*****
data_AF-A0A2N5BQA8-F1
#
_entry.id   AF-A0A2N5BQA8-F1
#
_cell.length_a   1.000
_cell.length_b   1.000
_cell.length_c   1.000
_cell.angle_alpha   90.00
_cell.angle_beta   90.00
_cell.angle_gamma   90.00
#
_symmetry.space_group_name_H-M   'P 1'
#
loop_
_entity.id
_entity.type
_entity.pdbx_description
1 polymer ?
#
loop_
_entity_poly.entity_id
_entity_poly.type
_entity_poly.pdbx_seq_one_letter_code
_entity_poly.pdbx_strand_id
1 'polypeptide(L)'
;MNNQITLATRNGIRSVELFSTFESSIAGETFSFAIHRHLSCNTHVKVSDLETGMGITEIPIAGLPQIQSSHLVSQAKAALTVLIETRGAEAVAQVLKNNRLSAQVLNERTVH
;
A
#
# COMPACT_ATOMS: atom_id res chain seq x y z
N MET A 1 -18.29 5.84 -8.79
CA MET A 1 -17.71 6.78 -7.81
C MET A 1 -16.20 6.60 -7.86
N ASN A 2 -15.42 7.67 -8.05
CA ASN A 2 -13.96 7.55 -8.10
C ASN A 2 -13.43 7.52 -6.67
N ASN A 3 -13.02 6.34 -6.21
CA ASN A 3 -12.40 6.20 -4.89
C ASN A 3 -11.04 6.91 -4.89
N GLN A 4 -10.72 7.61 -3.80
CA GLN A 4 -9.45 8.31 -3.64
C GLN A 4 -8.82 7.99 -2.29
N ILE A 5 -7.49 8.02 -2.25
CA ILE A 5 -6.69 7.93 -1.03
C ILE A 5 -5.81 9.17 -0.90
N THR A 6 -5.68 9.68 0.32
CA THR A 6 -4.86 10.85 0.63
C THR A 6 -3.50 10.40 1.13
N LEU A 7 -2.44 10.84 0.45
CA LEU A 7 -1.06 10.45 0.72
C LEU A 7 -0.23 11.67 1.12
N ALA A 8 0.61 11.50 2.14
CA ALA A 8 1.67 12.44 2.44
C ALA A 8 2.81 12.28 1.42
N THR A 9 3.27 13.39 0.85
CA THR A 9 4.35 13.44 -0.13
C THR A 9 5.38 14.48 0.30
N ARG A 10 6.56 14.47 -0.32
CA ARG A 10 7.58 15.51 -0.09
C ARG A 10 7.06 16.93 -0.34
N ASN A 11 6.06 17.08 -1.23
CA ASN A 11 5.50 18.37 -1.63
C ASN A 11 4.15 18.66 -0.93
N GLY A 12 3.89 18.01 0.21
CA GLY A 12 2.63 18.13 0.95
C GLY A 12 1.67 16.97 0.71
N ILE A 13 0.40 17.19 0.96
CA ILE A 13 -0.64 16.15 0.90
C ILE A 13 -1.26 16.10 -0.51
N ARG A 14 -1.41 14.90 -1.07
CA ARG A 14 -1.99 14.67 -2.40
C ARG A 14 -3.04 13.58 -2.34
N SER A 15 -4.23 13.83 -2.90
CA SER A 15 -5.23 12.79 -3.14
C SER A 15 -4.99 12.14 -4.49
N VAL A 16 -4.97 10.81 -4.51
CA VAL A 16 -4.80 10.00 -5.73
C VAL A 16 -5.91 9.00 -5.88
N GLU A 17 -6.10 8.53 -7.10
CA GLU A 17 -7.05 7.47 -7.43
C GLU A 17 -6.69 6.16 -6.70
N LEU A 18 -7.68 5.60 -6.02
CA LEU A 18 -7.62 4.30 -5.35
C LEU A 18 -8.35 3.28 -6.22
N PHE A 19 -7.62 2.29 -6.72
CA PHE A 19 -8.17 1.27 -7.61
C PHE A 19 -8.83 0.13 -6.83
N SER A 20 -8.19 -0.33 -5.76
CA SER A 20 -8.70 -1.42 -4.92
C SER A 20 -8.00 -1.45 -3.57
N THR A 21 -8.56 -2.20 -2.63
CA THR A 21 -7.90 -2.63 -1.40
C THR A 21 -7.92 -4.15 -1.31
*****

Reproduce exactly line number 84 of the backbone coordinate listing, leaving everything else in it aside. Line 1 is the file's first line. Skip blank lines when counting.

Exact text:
C LEU A 18 -8.35 3.28 -6.22